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Ph.D. Program in Accounting

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  • Course description

    Accounting


    The Simon School Ph.D. Program in Accounting provides students with the opportunity to make substantive contributions to the literature by taking advantage of the Simon School’s strong economics and quantitative training. At the University of Rochester, Accounting is not viewed as a separate academic discipline, but rather is perceived as an integral part of applied economics. By studying accounting and accounting phenomena, the researcher can provide evidence that potentially affects such diverse areas as the theory of the firm (e.g., questions of centralization/decentralization, alternative organizations forms like corporations versus partnerships, and motivation and control issues), the theory of regulation, and capital market efficiency. Evidence of accounting phenomena can, therefore, have implications that extend beyond accounting and into management and social science in general.


    The First Year: Foundation

    The first year is designed to give students solid training in microeconomics and econometrics and to introduce them to the basic issues in accounting and finance. The Accounting and Finance Seminars introduce students to the current research topics. The first year culminates with the Core Exam given in June. A research oriented First-Year Paper is due by November of the second year.

    First Year Paper:

    The first-year paper is designed to expose students to and to get students thinking about accounting research early in their Ph.D. program. First year papers can be a significant extension of the research question underlying the replication and update required by ACC 501 or an attempt to identify and investigate and original research question. The first year paper is due by November 15th of the second year and must be presented in a workshop forum such as ACC 501 or AEC 510.
    The Second Year: Depth

    In the second year, students are expected to take Ph.D.-level courses in Accounting, Competitive and Organizational Strategy, and Finance. In addition, participation in Accounting, Finance, and Applied Economics Seminars is required. This training prepares them for the Qualifying Exam in June.

    The Second-Year Paper signals a move from course work to active research.  The second-year paper should make an original contribution to accounting literature and sometimes forms the basis for students theses. The second year paper is due by November of the third year and must be presented in a workshop forum such as ACC 501 and AEC 510.

    The Third Year: Breadth

    Admission to Candidacy

    Upon completing the above requirements, students become Ph.D. Candidates by receiving a recommendation from the Accounting Area Coordinator.

     
    The Fourth Year: Dissertation

    Research and writing of a dissertation begins in earnest after completion of the Second-Year Paper. Recent doctoral thesis titles are listed below.

        * The Impact of Derivatives on Firm Risk: An Empirical Examination of New Derivative Users
        * The Manipulation Content of Accruals and Discretionary Accrual Proxies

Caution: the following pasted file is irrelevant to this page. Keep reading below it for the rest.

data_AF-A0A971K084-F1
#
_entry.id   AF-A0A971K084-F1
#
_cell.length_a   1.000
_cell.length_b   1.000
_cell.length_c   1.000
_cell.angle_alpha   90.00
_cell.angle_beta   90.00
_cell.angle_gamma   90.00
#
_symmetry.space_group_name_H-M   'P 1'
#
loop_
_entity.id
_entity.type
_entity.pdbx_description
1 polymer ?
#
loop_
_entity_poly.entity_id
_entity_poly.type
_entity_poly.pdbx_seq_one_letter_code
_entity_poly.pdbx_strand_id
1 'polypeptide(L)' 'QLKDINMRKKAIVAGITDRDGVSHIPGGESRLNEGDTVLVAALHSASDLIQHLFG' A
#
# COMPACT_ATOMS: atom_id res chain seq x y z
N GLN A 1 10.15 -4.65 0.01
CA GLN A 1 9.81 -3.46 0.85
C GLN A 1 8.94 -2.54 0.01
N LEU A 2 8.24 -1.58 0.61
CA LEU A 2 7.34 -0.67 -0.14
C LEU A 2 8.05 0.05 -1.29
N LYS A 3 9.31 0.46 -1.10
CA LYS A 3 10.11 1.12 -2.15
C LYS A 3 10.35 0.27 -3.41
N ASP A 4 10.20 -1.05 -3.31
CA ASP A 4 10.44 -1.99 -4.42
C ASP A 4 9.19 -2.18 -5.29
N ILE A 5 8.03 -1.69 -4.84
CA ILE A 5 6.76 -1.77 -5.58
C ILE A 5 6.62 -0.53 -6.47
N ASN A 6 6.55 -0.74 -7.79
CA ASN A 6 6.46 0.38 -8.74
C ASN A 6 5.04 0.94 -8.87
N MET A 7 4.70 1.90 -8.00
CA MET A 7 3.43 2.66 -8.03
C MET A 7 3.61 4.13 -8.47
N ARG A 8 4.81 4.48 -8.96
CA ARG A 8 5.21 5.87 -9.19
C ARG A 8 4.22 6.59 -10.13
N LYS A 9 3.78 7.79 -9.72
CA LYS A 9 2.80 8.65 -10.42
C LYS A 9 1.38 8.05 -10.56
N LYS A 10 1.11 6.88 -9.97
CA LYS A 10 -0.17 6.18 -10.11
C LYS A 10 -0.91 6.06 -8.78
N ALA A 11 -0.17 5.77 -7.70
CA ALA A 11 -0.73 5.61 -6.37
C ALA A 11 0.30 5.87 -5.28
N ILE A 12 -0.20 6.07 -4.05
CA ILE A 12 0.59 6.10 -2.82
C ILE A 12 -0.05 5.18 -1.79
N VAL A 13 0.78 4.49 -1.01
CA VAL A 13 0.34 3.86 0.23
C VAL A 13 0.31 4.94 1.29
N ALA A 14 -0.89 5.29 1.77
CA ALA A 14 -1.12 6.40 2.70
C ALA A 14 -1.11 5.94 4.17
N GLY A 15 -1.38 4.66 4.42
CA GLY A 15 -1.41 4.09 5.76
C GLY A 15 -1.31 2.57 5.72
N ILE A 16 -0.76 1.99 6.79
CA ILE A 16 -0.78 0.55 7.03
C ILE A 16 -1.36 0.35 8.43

* Management-Borne Costs of Fraudulent and Misleading Reporting
        * Management-Earnings Forecasts and Insider Trading Activity
        * Auditor Resignations: Clientele Effects and Legal Liability
        * Financial Analyst Stock Recommendations and Earnings Forecast Revisions
        * Impact of Earnings Management Flexibility
        * Inside the Accrual Anomaly
        * Management Earnings Through the Manipulation of Real Activities that Affect Cash Flow from Operations.

    The Accounting Major

    The accounting major requires continuous enrollment in ACC 501 and satisfactory performance in ACC 510, ACC 511, ACC 512 and ACC 513. The accounting major also requires satisfactory completion of a first and second year paper and satisfactory performance on the Accounting Qualifying Exam which is given each Summer.

    As stated in the ACC 501 course description (see below), first year students must replicate and update an existing paper and present the results in the Winter or Spring Quarter in ACC 501 or AEC 501. The paper to be replicated and updated, as well as the completed project, must be approved by two accounting faculty members.


    First year paper: The first-year paper is designed to expose students to and to get students thinking about accounting research early in their PhD program. First-year papers can be a significant extension of the research question underlying the replication and update required by ACC 501 or an attempt to identify and investigate an original research question. The first-year paper is due by November of the second year and must be presented in a workshop forum such as ACC 501 or AEC 501.


    Second year paper: The second-year paper signals a move from coursework to original research. Second-year papers should focus on making an original contribution to the accounting literature. Second-year papers sometimes form the basis of a student’s thesis. The second-paper is due by November of the third year and must be presented in a workshop forum such as ACC 501 or AEC 501.
     
    The Accounting Minor

    The accounting minor is fulfilled by satisfactory performance in both ACC 510 and ACC 511, and either ACC 512 or ACC 513. Minors should complete their three course sequence in a single year by taking ACC 510 (Fall), ACC 511 (Winter) and either ACC 512 or ACC 513 (Spring). The accounting minor also requires satisfactory performance on the Accounting Qualifying Exam which is given each Summer.

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